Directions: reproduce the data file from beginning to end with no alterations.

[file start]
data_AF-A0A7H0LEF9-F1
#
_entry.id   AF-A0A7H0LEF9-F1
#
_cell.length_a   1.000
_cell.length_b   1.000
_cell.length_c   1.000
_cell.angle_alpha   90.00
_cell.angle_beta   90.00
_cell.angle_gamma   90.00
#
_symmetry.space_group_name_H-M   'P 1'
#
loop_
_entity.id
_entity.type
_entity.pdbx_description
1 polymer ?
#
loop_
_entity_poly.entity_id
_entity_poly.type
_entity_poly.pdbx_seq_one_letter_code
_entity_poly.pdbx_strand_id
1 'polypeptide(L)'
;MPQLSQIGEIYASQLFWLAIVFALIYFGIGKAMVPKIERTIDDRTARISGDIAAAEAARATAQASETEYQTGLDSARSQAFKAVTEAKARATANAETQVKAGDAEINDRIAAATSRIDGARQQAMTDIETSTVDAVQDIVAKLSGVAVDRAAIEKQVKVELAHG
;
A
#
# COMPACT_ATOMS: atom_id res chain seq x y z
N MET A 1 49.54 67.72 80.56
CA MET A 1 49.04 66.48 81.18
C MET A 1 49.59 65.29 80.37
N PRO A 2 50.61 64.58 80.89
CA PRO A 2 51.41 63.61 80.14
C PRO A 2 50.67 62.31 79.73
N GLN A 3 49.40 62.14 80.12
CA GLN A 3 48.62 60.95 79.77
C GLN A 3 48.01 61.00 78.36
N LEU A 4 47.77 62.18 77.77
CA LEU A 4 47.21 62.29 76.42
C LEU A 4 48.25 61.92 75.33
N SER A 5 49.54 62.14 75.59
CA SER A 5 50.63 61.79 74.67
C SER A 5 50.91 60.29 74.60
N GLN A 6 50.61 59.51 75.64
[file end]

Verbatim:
data_AF-A0A7H0LEF9-F1
#
_entry.id   AF-A0A7H0LEF9-F1
#
_cell.length_a   1.000
_cell.length_b   1.000
_cell.length_c   1.000
_cell.angle_alpha   90.00
_cell.angle_beta   90.00
_cell.angle_gamma   90.00
#
_symmetry.space_group_name_H-M   'P 1'
#
loop_
_entity.id
_entity.type
_entity.pdbx_description
1 polymer ?
#
loop_
_entity_poly.entity_id
_entity_poly.type
_entity_poly.pdbx_seq_one_letter_code
_entity_poly.pdbx_strand_id
1 'polypeptide(L)'
;MPQLSQIGEIYASQLFWLAIVFALIYFGIGKAMVPKIERTIDDRTARISGDIAAAEAARATAQASETEYQTGLDSARSQAFKAVTEAKARATANAETQVKAGDAEINDRIAAATSRIDGARQQAMTDIETSTVDAVQDIVAKLSGVAVDRAAIEKQVKVELAHG
;
A
#
# COMPACT_ATOMS: atom_id res chain seq x y z
N MET A 1 49.54 67.72 80.56
CA MET A 1 49.04 66.48 81.18
C MET A 1 49.59 65.29 80.37
N PRO A 2 50.61 64.58 80.89
CA PRO A 2 51.41 63.61 80.14
C PRO A 2 50.67 62.31 79.73
N GLN A 3 49.40 62.14 80.12
CA GLN A 3 48.62 60.95 79.77
C GLN A 3 48.01 61.00 78.36
N LEU A 4 47.77 62.18 77.77
CA LEU A 4 47.21 62.29 76.42
C LEU A 4 48.25 61.92 75.33
N SER A 5 49.54 62.14 75.59
CA SER A 5 50.63 61.79 74.67
C SER A 5 50.91 60.29 74.60
N GLN A 6 50.61 59.51 75.64